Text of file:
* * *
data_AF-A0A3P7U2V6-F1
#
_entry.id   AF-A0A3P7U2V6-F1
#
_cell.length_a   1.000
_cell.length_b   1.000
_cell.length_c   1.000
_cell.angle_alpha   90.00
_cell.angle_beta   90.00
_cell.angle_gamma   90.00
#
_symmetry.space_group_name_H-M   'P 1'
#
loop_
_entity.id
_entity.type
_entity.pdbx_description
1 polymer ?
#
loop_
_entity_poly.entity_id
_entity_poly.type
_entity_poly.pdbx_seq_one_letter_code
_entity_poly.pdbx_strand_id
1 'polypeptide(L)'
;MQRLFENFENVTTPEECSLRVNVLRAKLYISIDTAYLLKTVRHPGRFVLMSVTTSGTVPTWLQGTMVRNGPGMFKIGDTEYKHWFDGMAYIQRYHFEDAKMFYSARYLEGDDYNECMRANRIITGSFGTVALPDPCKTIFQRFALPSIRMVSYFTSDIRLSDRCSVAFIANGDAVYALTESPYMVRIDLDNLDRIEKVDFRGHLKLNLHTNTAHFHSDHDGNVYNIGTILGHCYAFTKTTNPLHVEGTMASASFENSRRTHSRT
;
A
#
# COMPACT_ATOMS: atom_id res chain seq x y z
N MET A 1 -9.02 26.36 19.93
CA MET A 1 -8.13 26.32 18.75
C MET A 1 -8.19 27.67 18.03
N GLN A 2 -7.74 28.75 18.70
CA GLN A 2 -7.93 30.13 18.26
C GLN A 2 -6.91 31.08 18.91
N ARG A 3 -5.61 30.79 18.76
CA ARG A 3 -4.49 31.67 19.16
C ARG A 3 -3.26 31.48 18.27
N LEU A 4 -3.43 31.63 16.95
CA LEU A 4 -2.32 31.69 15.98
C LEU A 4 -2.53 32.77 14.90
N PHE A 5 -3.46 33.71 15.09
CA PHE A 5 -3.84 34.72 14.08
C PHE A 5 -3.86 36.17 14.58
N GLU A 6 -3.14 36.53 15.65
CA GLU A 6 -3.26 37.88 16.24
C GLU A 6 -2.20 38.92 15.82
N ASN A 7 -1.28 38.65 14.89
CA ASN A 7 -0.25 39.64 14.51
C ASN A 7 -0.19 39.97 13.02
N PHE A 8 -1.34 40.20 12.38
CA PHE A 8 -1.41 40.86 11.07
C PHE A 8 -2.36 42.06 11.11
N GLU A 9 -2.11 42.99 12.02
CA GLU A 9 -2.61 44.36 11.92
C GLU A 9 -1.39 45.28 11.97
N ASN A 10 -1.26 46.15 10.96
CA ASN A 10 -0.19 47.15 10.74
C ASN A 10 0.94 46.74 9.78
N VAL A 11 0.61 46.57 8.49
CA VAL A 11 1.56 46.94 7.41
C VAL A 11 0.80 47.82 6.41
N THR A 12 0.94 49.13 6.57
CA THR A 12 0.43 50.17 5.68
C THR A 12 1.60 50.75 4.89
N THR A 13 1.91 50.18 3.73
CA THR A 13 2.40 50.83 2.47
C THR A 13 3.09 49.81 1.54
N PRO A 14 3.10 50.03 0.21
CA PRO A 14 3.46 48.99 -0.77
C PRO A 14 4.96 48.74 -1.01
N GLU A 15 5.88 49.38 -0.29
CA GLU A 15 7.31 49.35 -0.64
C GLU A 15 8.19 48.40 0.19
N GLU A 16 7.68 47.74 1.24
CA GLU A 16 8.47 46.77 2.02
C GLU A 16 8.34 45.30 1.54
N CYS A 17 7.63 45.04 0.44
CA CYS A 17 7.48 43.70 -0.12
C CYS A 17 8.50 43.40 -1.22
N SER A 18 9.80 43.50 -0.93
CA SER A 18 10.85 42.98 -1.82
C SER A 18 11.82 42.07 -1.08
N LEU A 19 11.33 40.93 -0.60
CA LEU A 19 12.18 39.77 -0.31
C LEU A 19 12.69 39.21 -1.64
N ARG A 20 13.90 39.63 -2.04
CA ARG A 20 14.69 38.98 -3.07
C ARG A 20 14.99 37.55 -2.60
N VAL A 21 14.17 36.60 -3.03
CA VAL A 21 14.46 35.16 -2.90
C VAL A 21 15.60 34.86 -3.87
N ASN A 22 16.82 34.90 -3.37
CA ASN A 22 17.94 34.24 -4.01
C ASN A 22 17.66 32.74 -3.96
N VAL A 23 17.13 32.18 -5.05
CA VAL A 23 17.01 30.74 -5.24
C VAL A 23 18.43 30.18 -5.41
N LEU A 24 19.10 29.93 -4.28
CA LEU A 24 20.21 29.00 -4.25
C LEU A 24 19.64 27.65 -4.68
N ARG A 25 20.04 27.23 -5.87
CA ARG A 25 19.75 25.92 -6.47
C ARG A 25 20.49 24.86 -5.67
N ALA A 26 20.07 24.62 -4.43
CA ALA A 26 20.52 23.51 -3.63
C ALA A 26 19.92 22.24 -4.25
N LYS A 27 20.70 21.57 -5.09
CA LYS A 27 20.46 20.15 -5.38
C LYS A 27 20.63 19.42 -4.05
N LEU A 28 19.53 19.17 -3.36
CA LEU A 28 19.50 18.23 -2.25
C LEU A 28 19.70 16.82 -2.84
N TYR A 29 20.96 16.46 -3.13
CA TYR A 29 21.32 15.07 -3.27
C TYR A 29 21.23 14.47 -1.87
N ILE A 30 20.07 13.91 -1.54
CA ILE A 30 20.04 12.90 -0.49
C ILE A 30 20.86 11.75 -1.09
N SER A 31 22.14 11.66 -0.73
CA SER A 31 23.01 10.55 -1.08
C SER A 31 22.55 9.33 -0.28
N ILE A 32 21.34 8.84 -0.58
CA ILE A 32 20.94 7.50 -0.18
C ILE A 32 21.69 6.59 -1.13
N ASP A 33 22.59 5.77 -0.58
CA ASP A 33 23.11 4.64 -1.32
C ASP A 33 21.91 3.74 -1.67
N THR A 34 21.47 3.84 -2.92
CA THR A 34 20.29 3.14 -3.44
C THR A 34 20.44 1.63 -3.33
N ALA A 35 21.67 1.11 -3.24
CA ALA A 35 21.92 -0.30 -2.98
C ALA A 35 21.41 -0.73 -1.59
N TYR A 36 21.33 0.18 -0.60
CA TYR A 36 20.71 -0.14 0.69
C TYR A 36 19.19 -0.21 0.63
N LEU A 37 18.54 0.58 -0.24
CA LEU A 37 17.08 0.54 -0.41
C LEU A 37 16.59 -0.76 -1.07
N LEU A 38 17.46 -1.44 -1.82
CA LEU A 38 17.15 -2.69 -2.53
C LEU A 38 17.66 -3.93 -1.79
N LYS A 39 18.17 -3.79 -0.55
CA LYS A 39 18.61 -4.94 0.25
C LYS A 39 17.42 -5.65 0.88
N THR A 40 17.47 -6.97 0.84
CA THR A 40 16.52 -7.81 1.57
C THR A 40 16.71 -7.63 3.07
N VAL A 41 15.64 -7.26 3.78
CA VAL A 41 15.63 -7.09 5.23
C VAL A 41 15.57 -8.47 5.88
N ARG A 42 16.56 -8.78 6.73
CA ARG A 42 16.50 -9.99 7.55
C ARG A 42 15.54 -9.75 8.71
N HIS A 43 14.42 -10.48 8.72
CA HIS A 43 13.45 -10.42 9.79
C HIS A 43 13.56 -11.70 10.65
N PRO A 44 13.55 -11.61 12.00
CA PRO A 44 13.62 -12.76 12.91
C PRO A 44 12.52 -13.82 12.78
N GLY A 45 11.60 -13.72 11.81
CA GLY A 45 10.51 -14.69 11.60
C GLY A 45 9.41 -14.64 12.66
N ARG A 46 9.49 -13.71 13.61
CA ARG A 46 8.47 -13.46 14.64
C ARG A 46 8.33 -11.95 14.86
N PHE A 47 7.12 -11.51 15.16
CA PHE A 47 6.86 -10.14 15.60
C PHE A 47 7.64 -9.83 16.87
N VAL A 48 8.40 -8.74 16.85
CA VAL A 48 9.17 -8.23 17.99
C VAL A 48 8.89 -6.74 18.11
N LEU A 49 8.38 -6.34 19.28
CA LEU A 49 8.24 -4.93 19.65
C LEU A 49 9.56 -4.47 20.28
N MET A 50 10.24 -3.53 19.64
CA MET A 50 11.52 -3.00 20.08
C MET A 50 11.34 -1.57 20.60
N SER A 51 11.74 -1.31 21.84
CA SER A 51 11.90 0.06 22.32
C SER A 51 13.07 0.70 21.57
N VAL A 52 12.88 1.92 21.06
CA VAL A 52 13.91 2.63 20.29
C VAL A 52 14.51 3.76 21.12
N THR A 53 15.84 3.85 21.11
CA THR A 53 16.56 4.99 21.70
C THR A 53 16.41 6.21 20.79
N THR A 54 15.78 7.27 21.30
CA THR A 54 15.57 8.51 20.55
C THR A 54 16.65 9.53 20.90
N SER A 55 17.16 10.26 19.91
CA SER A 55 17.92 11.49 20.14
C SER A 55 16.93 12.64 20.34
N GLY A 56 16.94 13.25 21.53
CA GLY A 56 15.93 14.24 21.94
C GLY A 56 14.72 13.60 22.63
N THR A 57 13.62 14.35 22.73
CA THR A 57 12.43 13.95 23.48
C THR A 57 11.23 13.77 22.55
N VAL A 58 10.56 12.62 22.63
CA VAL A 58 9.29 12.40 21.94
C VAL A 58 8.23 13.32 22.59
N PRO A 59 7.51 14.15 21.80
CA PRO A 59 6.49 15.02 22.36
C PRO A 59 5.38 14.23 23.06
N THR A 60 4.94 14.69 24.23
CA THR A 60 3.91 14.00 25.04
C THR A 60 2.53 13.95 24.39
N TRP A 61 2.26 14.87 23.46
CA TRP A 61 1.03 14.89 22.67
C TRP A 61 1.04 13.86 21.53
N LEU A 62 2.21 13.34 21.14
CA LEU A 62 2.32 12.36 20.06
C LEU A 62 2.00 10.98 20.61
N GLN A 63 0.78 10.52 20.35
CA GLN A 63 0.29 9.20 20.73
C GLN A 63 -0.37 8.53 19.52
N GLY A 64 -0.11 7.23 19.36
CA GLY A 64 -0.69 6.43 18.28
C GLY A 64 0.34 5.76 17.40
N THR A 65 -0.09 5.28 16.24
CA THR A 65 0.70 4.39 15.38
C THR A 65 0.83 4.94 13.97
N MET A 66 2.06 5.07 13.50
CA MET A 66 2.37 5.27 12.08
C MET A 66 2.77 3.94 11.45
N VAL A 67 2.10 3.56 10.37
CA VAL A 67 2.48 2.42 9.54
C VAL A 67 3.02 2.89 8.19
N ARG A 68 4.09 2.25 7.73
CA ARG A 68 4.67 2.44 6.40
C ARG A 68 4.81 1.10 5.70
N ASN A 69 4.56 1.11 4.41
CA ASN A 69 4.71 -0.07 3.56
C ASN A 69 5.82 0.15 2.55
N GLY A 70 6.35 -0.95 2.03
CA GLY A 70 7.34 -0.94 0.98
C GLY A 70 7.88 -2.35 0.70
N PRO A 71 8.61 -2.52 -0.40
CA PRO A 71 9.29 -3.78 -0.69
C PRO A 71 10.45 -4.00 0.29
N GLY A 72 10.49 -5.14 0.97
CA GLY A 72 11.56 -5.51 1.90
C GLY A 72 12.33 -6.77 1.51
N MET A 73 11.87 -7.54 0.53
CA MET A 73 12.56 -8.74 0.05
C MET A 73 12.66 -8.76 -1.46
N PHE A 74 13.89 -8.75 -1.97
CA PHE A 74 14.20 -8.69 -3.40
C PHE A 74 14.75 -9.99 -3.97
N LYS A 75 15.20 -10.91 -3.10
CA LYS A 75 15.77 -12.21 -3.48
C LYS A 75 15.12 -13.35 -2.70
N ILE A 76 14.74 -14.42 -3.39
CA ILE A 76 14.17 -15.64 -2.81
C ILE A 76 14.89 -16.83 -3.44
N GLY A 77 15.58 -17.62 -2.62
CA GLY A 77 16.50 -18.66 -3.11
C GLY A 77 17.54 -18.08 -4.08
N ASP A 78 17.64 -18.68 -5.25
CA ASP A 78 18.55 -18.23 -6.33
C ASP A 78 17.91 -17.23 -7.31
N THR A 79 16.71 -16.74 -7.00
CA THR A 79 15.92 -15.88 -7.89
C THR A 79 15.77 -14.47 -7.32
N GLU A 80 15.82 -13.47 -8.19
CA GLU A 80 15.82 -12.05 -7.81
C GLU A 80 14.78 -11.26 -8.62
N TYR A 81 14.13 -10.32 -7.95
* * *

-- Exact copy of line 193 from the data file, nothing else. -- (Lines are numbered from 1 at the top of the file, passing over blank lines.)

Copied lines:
N SER A 55 17.16 10.26 19.91